While the EU Single Market law is clearly an evolving instrument, Switzerland considers that it has signed international agreements only as covered by the law existing at the time of signature. This leads to a reoccurring question of how to deal with post-agreement developments of the acquis, including interpretations by the Court of Justice of the European Union (ECJ). At the same time, insufficient surveillance and dispute settlement procedures exacerbated this issue. The ensuing incoherence of internal market rules creates discrimination issues for investors, businesses and citizens, a structural challenge that the EU seeks to remedy. In the Council Conclusions on relations with EFTA countries of December 2012, Member States reiterated the position already taken in 2008 and 2010 that the present system of "bilateral" agreements had "clearly reached its limits and needs to be reconsidered". The horizontal issues related to the dynamic adaptation of all agreements to the evolving acquis, the homogenous interpretation of the agreements, but equally the need for independent surveillance, judicial enforcement and dispute settlement need to be reflected in EU-Switzerland agreements.
A resolution of these horizontal issues is necessary before the EU is ready to conclude new agreements giving Switzerland access to further areas of the Single Market (e.g. on electricity). On the basis of a common non-paper of January 2013, both sides have prepared their negotiating directives for a new institutional framework that should address these issues, covering current and future agreements. The Swiss mandate was adopted in December 2013, while the EU mandate is still under discussion in Council.
Free movement of workers and right to supply services freely between the EU and Switzerland has existed since 2002, to clear mutual benefit2. However, the extension of the agreement to Croatia is now being question with yesterday's acceptance of the mass immigration initiative.
In addition, problems persist with some flanking measures that Switzerland introduced unilaterally in 2006 to protect its labour market. The EU considers a number of restrictions imposed as manifestly incompatible with existing agreements In 2012 and 2013, Switzerland also re-introduced quota on long-term permits for nationals specifically from eight new Member States (plus 15 Member States in 2013) via the activation of the so-called "safeguard clause". This has prompted strong criticism from the EU for their discriminatory effect and incompatibility with the EU-Swiss agreement.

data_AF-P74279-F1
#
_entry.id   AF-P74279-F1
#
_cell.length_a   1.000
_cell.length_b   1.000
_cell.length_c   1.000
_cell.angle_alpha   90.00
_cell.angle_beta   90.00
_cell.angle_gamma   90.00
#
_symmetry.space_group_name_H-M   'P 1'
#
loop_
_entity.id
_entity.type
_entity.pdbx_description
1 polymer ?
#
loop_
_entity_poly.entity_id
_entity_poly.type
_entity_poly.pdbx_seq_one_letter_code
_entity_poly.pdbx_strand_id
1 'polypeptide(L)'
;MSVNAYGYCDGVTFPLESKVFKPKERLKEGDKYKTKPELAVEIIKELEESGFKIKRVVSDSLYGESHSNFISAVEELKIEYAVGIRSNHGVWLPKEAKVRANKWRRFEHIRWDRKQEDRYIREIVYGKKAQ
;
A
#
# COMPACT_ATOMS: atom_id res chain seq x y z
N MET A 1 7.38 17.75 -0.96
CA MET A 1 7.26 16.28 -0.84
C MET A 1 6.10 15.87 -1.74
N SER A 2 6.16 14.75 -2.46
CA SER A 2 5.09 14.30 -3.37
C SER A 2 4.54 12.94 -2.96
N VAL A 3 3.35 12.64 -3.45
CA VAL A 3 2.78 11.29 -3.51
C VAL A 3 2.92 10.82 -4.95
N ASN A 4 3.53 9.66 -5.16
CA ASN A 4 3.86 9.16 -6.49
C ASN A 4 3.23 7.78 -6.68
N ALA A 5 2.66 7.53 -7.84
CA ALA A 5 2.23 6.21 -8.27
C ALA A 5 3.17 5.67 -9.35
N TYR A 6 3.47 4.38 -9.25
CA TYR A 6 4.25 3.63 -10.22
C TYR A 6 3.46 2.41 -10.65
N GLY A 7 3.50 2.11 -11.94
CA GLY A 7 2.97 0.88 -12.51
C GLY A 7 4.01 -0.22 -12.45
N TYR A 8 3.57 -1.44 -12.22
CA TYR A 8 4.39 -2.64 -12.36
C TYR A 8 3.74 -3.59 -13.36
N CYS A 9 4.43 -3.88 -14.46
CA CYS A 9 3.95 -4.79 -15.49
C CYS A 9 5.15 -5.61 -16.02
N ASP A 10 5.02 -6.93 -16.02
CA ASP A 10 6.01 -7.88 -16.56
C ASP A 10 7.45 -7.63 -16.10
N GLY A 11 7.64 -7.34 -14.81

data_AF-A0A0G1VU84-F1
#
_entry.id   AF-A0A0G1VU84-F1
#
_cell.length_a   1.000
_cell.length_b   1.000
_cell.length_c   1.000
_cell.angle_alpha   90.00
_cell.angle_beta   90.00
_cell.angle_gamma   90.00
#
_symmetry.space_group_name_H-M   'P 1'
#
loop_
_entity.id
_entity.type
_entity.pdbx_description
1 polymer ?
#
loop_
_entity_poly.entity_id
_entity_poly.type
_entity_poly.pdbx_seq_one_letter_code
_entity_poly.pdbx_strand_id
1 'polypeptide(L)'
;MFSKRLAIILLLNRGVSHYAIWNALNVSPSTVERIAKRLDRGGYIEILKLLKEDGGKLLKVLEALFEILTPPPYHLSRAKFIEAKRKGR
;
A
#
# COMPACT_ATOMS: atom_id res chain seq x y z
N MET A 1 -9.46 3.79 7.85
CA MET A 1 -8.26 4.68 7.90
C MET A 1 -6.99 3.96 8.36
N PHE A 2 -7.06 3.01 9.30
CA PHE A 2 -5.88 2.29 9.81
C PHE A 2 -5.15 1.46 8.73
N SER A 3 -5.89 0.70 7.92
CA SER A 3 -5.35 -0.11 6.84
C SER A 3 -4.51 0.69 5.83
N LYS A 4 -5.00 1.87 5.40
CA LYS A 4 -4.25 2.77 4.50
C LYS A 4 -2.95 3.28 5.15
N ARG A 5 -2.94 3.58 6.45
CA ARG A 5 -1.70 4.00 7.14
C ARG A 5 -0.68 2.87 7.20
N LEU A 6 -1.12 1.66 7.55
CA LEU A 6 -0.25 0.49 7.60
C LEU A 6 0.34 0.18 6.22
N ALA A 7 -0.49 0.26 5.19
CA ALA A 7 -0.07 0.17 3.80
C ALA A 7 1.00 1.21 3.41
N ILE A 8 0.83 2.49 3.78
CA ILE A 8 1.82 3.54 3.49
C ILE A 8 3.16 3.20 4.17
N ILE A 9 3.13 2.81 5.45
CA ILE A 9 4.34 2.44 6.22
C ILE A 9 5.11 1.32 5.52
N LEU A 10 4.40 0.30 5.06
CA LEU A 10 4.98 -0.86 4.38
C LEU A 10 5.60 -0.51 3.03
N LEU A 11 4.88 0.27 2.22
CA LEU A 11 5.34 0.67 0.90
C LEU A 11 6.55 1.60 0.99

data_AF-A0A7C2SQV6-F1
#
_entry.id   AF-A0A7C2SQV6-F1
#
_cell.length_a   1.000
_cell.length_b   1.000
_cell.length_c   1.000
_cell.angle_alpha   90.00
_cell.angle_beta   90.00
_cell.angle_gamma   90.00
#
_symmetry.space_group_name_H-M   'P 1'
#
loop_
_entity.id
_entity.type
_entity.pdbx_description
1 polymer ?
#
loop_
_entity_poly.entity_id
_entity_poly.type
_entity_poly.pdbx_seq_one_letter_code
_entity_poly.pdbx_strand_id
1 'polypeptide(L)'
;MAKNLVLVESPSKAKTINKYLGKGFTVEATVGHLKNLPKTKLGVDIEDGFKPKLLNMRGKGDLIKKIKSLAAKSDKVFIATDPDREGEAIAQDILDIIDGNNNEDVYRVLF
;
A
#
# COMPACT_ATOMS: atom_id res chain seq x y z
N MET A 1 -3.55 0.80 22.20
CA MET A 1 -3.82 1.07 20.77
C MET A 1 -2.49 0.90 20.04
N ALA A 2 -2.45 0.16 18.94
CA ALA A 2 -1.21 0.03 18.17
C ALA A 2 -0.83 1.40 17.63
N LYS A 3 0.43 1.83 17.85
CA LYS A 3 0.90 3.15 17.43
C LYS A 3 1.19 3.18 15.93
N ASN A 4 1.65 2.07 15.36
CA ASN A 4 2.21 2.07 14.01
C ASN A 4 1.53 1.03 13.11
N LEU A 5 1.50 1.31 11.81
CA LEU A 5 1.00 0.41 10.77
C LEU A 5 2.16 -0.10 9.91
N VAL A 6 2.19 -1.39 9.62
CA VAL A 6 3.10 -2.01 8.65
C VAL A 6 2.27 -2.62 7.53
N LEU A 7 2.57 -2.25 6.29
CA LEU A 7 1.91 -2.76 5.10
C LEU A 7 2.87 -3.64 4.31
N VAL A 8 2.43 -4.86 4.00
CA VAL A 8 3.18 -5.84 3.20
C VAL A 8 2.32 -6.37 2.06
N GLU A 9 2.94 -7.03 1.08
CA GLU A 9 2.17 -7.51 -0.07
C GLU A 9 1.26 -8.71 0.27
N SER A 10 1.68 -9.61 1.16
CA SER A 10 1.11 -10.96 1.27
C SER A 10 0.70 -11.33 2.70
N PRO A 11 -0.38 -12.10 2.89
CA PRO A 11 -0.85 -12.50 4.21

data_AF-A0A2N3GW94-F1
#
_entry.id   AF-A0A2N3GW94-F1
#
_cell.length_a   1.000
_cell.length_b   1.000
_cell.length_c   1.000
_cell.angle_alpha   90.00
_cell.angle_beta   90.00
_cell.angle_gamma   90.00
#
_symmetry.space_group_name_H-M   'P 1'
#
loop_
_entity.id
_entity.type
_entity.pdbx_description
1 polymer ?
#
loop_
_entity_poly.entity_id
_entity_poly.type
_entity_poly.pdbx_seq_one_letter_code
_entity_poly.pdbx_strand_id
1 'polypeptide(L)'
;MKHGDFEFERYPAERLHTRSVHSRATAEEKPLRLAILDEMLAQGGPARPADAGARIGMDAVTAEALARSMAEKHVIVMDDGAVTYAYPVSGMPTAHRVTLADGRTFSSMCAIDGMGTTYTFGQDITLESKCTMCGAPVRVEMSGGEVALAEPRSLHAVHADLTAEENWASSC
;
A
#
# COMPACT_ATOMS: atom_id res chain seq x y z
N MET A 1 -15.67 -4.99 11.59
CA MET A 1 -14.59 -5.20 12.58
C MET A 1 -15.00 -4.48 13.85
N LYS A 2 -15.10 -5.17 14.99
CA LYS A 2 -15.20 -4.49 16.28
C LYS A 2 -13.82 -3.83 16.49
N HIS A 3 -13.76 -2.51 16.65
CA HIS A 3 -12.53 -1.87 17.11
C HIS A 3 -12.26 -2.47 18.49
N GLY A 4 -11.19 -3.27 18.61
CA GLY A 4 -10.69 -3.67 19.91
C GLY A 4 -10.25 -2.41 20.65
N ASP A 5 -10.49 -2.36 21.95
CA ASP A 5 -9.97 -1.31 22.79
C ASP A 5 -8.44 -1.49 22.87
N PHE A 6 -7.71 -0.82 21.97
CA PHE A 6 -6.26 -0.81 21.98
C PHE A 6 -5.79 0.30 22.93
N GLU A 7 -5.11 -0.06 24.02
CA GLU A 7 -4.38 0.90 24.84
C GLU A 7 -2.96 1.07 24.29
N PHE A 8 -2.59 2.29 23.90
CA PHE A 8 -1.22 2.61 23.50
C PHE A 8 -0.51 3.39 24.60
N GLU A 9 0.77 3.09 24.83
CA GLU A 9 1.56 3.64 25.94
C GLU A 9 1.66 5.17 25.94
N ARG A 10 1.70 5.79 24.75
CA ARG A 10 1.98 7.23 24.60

Further problems may arise in the implementation of the initiative to "expel criminal foreigners", adopted by referendum in 2010 for the implementation of which a draft law will be discussed by Parliament shortly.
Tax Transparency: Since 2005, there has been an EU-Swiss agreement on the taxation of savings, with a withholding tax on the savings income of EU residents for which a Swiss bank acts as paying agent. In May, the Commission was given the mandate to re-negotiate this agreement with Switzerland, with a view to broadening its scope and reflecting international developments in the field of tax transparency, including the global shift towards automatic exchange of information. These negotiations were launched in Bern on 17 January 2014, very soon after Switzerland received its own mandate to participate in these talks.
Fair tax competition and respect of state aid rules: The Commission has been in a dialogue with Switzerland to promote EU principles of tax good governance and address cases of harmful tax competition. The aim is to secure a Swiss commitment and timetable to phase out certain harmful regimes that do not comply with fair tax competition standards. Progress will be reported to Member States in June 2014.
As with other third countries, negotiations were concluded on a co-operation agreement in competition law enforcement (exchange of information), and are underway on the emission trading scheme (ETS). The EU and Switzerland recently concluded negotiations on Swiss participation in the GALILEO satellite navigation system. This agreement was signed in December 2013.
See http://eeas.europa.eu/switzerland/index_en.htm for more details. To this day, the EU and Switzerland have concluded over 120 bilateral agreements. The highly complex relationship is managed by dozens of joint committees and subgroups.
It was extended to the new Member States by protocols signed in 2004 and 2008 respectively. For the EU-15 plus Cyprus and Malta, the transition period came to an end in 2007. For Member States that acceded to the EU in 2004, the transition period ended in 2011. Switzerland has in both cases the possibility to take safeguard measures until 2014. For Bulgaria and Romania the end dates are in 2016 and 2019, respectively.